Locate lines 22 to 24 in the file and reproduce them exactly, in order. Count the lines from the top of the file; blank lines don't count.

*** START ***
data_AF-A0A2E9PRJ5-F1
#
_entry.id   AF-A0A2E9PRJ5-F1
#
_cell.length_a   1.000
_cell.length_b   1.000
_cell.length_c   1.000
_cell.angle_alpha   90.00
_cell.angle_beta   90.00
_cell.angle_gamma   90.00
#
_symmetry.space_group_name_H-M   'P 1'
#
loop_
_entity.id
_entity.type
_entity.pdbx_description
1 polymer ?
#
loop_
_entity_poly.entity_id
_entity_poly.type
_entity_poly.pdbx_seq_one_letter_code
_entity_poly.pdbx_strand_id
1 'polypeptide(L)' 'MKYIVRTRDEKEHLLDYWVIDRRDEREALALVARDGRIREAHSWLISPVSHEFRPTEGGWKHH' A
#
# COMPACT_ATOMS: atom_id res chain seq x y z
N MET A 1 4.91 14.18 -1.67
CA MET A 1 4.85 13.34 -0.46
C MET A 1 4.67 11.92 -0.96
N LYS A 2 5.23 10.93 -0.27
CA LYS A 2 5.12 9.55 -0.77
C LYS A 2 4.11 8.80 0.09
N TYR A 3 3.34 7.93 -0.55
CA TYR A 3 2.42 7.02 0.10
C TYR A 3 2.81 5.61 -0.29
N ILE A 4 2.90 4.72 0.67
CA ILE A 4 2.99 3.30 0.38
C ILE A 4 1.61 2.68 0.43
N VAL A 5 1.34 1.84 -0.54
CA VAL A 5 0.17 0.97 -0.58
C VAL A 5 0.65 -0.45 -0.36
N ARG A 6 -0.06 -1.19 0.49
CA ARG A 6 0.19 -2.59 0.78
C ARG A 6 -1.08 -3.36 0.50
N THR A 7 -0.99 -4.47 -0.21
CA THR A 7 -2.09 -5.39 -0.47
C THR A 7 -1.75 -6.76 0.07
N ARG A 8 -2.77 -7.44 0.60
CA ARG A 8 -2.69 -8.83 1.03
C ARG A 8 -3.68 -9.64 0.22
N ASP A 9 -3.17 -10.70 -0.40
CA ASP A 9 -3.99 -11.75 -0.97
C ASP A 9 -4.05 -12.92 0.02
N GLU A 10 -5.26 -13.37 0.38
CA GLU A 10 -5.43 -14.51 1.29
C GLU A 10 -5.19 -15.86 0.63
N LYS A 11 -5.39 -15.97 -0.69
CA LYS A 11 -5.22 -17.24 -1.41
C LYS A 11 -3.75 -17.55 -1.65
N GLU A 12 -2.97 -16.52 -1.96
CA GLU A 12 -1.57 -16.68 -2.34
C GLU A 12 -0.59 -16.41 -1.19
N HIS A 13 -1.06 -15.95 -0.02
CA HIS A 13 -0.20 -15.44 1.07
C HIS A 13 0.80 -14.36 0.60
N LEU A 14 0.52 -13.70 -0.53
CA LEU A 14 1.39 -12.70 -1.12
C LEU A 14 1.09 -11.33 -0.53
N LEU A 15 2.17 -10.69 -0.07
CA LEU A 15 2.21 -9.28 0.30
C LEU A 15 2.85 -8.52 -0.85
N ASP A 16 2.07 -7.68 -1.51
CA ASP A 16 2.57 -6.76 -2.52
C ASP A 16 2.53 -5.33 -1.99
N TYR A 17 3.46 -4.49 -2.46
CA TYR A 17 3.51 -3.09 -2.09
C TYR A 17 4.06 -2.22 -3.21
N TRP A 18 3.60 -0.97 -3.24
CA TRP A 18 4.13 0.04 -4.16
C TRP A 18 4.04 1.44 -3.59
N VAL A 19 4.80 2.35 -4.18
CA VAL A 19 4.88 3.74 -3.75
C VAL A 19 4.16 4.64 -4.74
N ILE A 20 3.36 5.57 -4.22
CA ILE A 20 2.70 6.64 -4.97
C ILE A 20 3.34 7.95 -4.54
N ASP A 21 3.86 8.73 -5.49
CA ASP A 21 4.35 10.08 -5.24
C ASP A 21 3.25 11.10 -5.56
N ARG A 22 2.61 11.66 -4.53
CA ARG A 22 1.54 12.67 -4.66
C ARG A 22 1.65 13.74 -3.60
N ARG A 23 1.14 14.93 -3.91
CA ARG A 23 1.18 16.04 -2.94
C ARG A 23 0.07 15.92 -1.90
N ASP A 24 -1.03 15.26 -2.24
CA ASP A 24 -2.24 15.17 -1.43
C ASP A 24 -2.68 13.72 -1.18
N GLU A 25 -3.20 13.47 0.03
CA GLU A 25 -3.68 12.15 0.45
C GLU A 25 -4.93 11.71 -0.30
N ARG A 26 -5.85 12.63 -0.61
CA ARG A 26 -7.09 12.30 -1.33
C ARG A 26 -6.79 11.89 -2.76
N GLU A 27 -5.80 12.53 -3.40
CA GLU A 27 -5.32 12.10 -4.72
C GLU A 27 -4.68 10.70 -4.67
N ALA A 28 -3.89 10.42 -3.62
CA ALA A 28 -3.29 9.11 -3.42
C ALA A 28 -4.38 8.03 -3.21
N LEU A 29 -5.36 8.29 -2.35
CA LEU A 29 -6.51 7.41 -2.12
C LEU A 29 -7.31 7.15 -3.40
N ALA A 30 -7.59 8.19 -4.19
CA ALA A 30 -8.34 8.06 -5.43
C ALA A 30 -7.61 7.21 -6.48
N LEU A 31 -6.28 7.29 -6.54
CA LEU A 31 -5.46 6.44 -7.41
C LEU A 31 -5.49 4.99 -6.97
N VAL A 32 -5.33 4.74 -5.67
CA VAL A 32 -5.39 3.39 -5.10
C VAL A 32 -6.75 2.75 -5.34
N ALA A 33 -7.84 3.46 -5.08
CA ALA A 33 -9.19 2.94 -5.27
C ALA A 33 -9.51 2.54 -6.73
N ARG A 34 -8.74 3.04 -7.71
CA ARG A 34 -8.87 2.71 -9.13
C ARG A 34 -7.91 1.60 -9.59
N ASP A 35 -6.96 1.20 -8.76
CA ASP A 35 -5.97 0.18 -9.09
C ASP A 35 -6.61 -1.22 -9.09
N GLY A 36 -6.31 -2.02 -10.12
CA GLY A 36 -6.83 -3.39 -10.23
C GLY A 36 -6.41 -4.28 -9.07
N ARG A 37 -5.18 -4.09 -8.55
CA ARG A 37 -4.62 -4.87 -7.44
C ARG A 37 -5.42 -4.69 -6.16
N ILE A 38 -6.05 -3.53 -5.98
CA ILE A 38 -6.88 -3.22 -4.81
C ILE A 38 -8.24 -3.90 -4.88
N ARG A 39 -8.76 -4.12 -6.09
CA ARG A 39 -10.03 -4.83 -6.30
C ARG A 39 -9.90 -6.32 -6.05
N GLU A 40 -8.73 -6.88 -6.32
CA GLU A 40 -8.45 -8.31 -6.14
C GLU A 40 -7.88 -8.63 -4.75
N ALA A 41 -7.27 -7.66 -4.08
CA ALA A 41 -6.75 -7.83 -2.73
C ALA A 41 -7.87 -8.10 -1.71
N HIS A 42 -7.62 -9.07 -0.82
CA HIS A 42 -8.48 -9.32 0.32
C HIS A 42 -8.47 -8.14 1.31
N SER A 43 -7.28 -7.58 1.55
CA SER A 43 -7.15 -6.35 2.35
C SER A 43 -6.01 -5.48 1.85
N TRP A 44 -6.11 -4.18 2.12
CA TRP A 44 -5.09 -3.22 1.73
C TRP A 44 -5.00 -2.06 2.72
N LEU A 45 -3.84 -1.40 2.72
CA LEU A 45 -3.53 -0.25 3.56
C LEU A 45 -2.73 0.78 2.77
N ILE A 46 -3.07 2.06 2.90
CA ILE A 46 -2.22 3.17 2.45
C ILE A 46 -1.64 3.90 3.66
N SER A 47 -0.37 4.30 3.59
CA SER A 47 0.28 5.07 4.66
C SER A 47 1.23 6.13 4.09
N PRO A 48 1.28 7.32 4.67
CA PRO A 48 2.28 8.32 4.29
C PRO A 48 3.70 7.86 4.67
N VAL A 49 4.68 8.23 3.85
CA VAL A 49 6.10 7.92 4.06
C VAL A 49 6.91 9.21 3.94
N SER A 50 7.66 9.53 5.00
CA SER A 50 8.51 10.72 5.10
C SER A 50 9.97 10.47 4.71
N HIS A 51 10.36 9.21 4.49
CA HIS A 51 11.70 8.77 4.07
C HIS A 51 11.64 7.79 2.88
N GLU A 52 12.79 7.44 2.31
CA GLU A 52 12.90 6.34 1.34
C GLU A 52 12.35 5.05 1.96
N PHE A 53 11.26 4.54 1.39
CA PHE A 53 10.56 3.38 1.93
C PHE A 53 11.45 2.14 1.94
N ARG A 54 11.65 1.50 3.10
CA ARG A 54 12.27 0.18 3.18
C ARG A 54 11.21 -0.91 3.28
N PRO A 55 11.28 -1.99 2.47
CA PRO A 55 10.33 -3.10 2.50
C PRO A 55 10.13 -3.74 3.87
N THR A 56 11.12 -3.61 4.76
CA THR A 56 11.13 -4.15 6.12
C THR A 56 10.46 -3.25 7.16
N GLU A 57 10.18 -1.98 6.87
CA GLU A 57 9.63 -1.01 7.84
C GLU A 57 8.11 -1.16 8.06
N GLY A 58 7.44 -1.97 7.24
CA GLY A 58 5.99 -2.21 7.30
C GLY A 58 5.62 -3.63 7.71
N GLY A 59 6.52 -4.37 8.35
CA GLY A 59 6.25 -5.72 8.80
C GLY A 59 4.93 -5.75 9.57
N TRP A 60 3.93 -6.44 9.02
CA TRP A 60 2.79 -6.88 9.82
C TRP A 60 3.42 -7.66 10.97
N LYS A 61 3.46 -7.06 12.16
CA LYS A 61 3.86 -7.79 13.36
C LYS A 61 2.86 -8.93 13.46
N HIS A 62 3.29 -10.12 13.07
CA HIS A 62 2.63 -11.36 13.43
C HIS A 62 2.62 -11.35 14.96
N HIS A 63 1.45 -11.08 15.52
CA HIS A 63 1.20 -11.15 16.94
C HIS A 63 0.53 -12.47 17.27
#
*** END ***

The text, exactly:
_entity_poly.type
_entity_poly.pdbx_seq_one_letter_code
_entity_poly.pdbx_strand_id